losses include both: (1) “the loss of financial support the decedent could have expected to
    
    provide the next of kin had he lived;” and (2) “the value of lost services (e.g., care, education,
    
    training, and personal advice).” Herbert v. District of Columbia, 
    808 A.2d 776
    , 778 n.2 (D.C.
    
    
    
           3
              As this is a diversity action, the Court must generally first determine which
    jurisdiction’s law to apply. The Court notes, however, that Defendants have not challenged Mrs.
    Himes’ application of the District of Columbia’s Wrongful Death Act, and both parties therefore
    assume that District of Columbia law governs. “The Court need not and does not question the
    parties’ assumptions on that point.” Davis v. Grant Park Nursing Home LP,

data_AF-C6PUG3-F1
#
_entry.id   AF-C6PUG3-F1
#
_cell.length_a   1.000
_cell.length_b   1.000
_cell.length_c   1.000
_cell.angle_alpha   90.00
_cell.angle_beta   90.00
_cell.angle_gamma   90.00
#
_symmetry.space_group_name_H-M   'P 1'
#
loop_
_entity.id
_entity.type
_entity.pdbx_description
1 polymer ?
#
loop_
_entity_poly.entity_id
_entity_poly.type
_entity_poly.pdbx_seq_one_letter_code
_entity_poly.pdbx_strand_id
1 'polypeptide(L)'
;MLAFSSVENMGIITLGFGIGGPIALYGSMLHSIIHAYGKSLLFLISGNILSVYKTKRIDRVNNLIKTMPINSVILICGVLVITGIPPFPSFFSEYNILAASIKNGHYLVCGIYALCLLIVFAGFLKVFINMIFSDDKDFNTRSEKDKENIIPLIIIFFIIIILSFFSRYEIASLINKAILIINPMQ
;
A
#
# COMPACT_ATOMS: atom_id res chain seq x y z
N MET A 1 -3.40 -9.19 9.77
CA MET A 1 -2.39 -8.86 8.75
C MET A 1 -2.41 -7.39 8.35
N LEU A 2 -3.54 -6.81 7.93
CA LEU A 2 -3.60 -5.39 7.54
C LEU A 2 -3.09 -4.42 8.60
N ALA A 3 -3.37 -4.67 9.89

639 F. Supp. 2d 60
    ,
    65 (D.D.C. 2009); see also CSX Transp., Inc. v. Commercial Union Ins. Co., 
    82 F.3d 478
    , 482-
    83 (D.C. Cir. 1996) (parties may waive choice-of-law arguments); C & E Servs., Inc. v. Ashland,
    Inc., 
    498 F. Supp. 2d 242
    , 255 n.5 (D.D.C. 2007) (same); cf. In re Korean Air Lines Disaster of
    Sept. 1, 1983, 
    932 F.2d 1475
    , 1495 (D.C. Cir. 1991) (“[C]ourts need not address choice of law
    questions sua sponte.”).
                                                       8
    2002); accord District of Columbia v. Hawkins, 
    782 A.2d 293
    , 303 (D.C. 2001); Doe v. Binker,
    
    
    492 A.2d 857
    , 863 (D.C. 1985). The Act, however, does not provide damages for non-pecuniary
    
    losses, such as grief, mental anguish, or sentimental loss. See, e.g., Elliott v. Michael James,
    
    Inc., 
    559 F.2d 759
    , 766 (D.C. Cir. 1977).
    
           Defendants’ motion for partial summary judgment, hardly the model of artful drafting,
    
    pertains only to Mrs. Himes’ claims for damages for the loss of Mr. Himes’ services, and